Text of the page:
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Folic Acid and babies


Folic acid is a water-soluble vitamin that helps make DNA and assist in the normal growth of cells, especially in infants and children. A deficiency in folic acid can lead to the following:


Low Birth Weight


Pregnant women with a folic acid deficiency are more likely to give birth prematurely, give birth to a child with abnormally low birth weight, or have a child with neural tube deficiencies. It is recommended that a 400micrograms folic acid supplement is taken daily or eating foods fortified with folic acid are consumed in order to help decrease the risk of having a child with serious birth defects.


Folic Acid Deficiency Anaemia


Folic acid deficiency anaemia occurs quite commonly in infants. This type of anaemia decreases red blood cell production. The reason Its more common in infants is due to the fact that infants require high amounts of Folic acid as it helps stimulate DNA replication and cellular growth. If an infant has a folic acid deficiency they may show signs of chronic fatigue, dyspnoea, weakness, glossitis, low body weight, fainting, irritability and jaundice, or yellowing of the skin plus many more symptoms.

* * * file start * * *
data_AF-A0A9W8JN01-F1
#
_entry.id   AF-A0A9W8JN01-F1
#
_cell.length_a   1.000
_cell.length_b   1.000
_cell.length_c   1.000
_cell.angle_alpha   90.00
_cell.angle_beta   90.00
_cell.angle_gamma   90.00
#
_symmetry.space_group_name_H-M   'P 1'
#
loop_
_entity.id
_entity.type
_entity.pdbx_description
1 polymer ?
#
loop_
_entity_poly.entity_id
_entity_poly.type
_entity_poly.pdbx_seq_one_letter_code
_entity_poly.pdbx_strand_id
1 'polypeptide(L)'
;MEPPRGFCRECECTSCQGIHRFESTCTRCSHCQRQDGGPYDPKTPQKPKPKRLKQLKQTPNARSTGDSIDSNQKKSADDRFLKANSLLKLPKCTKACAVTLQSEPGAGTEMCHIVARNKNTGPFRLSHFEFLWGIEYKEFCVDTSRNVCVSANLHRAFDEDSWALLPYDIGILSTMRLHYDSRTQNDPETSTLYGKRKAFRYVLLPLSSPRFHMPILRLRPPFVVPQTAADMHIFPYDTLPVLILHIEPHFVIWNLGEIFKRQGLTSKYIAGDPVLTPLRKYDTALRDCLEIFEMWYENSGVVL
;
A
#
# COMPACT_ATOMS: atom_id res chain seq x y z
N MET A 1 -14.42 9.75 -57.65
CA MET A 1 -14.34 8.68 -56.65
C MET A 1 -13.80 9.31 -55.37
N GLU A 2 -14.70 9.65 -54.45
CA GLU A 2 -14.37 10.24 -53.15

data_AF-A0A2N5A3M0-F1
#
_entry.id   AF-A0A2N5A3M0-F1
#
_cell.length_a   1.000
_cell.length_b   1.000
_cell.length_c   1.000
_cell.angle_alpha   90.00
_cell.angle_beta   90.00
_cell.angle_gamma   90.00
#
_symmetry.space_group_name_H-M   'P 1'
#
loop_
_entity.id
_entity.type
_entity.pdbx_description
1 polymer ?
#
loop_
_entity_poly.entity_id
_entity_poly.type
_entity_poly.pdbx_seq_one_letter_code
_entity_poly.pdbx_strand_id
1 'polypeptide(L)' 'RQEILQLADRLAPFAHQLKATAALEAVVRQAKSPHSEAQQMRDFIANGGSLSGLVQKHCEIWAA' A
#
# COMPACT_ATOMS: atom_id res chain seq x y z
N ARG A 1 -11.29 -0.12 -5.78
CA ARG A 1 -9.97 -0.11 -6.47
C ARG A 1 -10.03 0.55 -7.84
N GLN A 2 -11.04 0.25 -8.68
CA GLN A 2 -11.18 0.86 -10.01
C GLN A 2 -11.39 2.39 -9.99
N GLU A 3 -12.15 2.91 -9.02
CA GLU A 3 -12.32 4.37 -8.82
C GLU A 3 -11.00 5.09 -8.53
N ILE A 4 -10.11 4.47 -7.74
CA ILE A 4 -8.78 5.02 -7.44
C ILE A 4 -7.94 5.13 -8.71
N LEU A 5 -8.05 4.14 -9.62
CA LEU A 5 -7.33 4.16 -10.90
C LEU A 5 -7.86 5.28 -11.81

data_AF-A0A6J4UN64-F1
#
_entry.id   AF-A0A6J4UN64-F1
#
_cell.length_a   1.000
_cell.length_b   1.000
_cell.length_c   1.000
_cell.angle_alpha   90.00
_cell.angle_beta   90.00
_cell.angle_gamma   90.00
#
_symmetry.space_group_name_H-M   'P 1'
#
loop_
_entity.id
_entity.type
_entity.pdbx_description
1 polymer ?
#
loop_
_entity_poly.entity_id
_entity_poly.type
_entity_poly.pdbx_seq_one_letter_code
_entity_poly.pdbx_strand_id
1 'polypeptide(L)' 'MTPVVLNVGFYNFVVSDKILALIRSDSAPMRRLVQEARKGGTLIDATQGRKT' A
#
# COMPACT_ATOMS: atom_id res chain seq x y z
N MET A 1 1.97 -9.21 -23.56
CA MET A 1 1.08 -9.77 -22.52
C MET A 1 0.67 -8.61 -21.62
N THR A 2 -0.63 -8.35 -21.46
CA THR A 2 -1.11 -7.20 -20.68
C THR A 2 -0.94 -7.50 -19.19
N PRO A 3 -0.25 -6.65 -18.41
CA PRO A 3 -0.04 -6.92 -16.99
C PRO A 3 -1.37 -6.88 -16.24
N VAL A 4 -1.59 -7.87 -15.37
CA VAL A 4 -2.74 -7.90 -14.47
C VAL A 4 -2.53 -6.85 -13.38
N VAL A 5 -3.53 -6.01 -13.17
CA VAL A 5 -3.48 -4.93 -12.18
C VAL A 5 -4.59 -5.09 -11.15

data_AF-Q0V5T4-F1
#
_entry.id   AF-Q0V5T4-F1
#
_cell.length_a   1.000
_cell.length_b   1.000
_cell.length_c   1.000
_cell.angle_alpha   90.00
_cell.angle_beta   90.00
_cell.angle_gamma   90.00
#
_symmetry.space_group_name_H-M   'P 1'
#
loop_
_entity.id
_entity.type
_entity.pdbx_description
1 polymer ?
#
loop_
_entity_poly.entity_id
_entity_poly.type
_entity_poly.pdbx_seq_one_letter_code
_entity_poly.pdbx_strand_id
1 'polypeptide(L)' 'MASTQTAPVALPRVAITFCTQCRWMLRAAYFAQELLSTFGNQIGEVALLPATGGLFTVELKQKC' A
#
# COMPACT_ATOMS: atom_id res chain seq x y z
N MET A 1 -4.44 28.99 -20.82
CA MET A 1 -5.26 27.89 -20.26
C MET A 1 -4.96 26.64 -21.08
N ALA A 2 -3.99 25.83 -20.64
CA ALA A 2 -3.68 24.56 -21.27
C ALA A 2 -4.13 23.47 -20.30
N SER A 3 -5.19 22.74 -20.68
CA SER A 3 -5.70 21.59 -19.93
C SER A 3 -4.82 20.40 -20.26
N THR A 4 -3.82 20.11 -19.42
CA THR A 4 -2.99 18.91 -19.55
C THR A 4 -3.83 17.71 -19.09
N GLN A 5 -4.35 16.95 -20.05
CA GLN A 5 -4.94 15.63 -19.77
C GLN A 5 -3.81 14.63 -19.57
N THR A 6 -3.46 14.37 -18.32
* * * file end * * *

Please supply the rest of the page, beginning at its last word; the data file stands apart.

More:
Neural Tube Defects


Neural Tube Defects during baby’s first stages of life and pregnancy can be caused by low folic acid. Neural tube defects are classified as birth defects that affect the brain and spinal cord, the most common conditions are spina bifida and anencephaly. Spina bifida occurs when the developing foetus’ spinal column does not close completely, resulting in nerve damage and lower-extremity paralysis. In anencephaly, much of the brain fails to develop, resulting in stillbirth or death shortly after birth.


The above demonstrates the importance of seemingly unimportant vitamins. If in doubt of nutritional values of food, see your GP for advice, especially if you are pregnant or have recently had a baby and are breastfeeding.